A survey of menstrual products with a [superfluous] collage of related anecdotes
Hello all. Welcome back. So I was on my period the last couple of days and I thought: I need to do a period/menstrual products blog entry! And by the powers invested in me, here I am now.
Now this is a serious, uber interesting, and extensive topic. I could dedicate all my blog entries to this subject and still fall short. So for now, I’ll be focusing on a survey-slash-product review of what’s out there in the market mixed with tips, intertwined with tragic yet retrospectively entertaining personal stories. I rate products on how effective they are, how friendly they are to the earth and your body, and their price and availability.
Where do I begin? I guess I can dabble on when my fascination with “feminine hygiene products” began. (NOTE: You may or may not skip the following 3 paragraphs and still not miss anything important.) I must have been like 4 or 5. Every time a commercial about pads came on TV and I was with my mom, I would ask her, “para que es eso?” (one of my favorite questions in general, I think). She’d answer with something like “that’s adult stuff” and sometimes would add at the end, “I’ll tell you someday.” It was obvious that the topic was either embarrassing, dirty, or something having to do with the mysterious main ‘adult stuff’ (which of course, turned out to be sex!). But I couldn’t wait until “someday”! That seemed like forever! I had to prevail in my quest for knowledge…
I don’t know why, but I remember this vividly: It was a weekday evening and mom and I were at my aunt’s house watching TV with my teen girl cousins. The Always commercial comes on. In a matter of about 10 milliseconds (while the commercial played), my mind devised a foolproof plan that was guaranteed to deliver the information I urgently needed [for no reason]: I would ask my mom “para que es eso?” right then and there, in public! Hah! Surely, she couldn’t say “that’s adult stuff” when there were other people around! It would be too embarrassing for her and she’d crack under pressure and just tell me! Muahahah…my five year old genius mastermind reveled in her cunning and skill. Silly adults who think they can outsmart kids! So I pop the question. She gives me “The Look.” Oh, you know the look… And if you got a Mexican mom, you know the look, you tactless, inappropriate mocos@. The one that says “you’re embarrassing me” and “shut the fuck up” simultaneously, and in some cases it may also mean “andale, esperate a que lleguemos a la casa.” I fell silent instantly. She just said, discreetly, “ya te dije que eso es de adultos.” And we all continued watching TV, except now I was at the edge of my seat. Great, Linett. No new information gained and now I was gonna get it. This was not in my Mastermind Plan brain sketches. Later, after leaving my aunt’s, she scolded me (which, to me, was like a slow death) by giving me the good ol’ “ya te habia dicho.” Meaning, “I already told you that’s adult stuff and that I’d tell you later.”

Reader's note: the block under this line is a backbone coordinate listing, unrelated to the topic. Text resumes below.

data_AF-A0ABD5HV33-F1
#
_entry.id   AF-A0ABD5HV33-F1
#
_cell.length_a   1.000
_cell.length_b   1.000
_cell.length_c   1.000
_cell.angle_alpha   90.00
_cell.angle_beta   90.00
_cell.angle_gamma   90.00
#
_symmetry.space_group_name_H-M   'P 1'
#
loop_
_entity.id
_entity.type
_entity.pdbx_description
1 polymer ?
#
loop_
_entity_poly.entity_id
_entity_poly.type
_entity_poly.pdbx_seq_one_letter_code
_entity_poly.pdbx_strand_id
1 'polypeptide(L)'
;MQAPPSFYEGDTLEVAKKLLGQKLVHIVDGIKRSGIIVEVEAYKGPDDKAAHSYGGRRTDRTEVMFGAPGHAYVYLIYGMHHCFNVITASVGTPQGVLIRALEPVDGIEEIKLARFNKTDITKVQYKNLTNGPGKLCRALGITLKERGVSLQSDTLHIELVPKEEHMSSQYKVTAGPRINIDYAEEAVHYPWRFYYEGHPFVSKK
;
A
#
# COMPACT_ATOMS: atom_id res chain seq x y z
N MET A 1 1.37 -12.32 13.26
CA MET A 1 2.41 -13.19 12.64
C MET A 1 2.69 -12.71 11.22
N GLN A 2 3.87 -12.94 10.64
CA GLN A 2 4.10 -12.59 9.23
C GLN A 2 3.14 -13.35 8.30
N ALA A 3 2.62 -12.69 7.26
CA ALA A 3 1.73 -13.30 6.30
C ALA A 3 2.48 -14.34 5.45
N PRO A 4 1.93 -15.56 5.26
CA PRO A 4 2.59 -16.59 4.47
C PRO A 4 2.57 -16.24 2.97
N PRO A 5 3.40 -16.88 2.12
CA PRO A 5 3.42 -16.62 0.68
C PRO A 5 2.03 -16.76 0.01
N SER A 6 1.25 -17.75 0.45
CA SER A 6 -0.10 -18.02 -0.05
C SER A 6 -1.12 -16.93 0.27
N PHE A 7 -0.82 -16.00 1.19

One day, when I was about six years old, as I was helping my mom wash the dishes, she suddenly brought up the topic. She briefly explained that menstruation was a girl thing, and that I’d get it someday, and not to freak out, etc. Simple little pep talk, and it seems so insignificant but makes such a huge difference! She’s a cool mom, I tell you. Of course, so many things were still left for me to learn on my own. Point being — everyone out there with female-bodied children: you all BETTER be having period talks with your kids!
The story of my first period is not all that exciting, so I won’t delve into it too much. I was kind of a late bloomer so it was more of a “fiiinally” kind of thing, and a little exciting too. I was not scared, not sad, not any of that. I was just like “all right, let’s do this then. I’m ready for my boobs to grow! Let’s see’em!…How about some curves? Can we get this girl some curves, hormones? Hook me up, here!” I repeat this mantra during every menstrual cycle ever since, and I am still waiting. Waiting. Ya’ll know that woman in the “El muelle de San Blas” song by Mana? I’m that lady, but instead of waiting for her lover, I’m waiting for puberty to take its full form. Over ten years now, going to the Puberty Port. Waiting. Okay, I’m kidding. Kinda. Ok I am kidding, but there’s more to it too! Maybe I’ll tell you later, in another blog entry, so you’ll have to subscribe muahaha…
Ya’ll like how I just wrote all this blabber that’s not useful to you and haven’t even STARTED what you came here for? I’m sorry, but nothing in life is free. You have to read my stories in order to gain practical information that you actually care about. Ok let us begin!